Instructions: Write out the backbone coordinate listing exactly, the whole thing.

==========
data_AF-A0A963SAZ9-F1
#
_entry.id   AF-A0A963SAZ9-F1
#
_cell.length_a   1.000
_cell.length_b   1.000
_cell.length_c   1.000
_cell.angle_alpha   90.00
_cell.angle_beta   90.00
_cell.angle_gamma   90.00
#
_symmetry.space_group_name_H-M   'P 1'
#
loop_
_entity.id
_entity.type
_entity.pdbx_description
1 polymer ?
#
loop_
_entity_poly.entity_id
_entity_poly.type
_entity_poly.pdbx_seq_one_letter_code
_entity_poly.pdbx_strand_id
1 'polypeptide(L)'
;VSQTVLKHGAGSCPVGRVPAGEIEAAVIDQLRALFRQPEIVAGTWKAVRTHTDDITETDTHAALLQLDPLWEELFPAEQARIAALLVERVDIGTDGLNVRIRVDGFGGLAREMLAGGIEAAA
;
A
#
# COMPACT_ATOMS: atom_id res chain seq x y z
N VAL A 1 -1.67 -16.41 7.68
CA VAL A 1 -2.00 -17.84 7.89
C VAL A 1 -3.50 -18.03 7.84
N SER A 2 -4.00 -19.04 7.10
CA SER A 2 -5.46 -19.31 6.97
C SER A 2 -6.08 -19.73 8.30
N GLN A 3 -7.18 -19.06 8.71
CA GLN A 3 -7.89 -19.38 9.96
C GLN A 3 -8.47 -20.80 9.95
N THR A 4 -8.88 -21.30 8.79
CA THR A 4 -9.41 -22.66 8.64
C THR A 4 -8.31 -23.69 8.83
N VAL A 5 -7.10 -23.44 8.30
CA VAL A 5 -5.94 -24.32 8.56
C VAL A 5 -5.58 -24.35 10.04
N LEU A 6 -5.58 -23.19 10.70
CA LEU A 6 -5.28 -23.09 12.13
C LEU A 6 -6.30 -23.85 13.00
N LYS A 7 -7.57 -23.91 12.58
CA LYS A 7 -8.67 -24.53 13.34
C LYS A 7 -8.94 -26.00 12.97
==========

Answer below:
data_AF-A0A963SAZ9-F1
#
_entry.id   AF-A0A963SAZ9-F1
#
_cell.length_a   1.000
_cell.length_b   1.000
_cell.length_c   1.000
_cell.angle_alpha   90.00
_cell.angle_beta   90.00
_cell.angle_gamma   90.00
#
_symmetry.space_group_name_H-M   'P 1'
#
loop_
_entity.id
_entity.type
_entity.pdbx_description
1 polymer ?
#
loop_
_entity_poly.entity_id
_entity_poly.type
_entity_poly.pdbx_seq_one_letter_code
_entity_poly.pdbx_strand_id
1 'polypeptide(L)'
;VSQTVLKHGAGSCPVGRVPAGEIEAAVIDQLRALFRQPEIVAGTWKAVRTHTDDITETDTHAALLQLDPLWEELFPAEQARIAALLVERVDIGTDGLNVRIRVDGFGGLAREMLAGGIEAAA
;
A
#
# COMPACT_ATOMS: atom_id res chain seq x y z
N VAL A 1 -1.67 -16.41 7.68
CA VAL A 1 -2.00 -17.84 7.89
C VAL A 1 -3.50 -18.03 7.84
N SER A 2 -4.00 -19.04 7.10
CA SER A 2 -5.46 -19.31 6.97
C SER A 2 -6.08 -19.73 8.30
N GLN A 3 -7.18 -19.06 8.71
CA GLN A 3 -7.89 -19.38 9.96
C GLN A 3 -8.47 -20.80 9.95
N THR A 4 -8.88 -21.30 8.79
CA THR A 4 -9.41 -22.66 8.64
C THR A 4 -8.31 -23.69 8.83
N VAL A 5 -7.10 -23.44 8.30
CA VAL A 5 -5.94 -24.32 8.56
C VAL A 5 -5.58 -24.35 10.04
N LEU A 6 -5.58 -23.19 10.70
CA LEU A 6 -5.28 -23.09 12.13
C LEU A 6 -6.30 -23.85 13.00
N LYS A 7 -7.57 -23.91 12.58
CA LYS A 7 -8.67 -24.53 13.34
C LYS A 7 -8.94 -26.00 12.97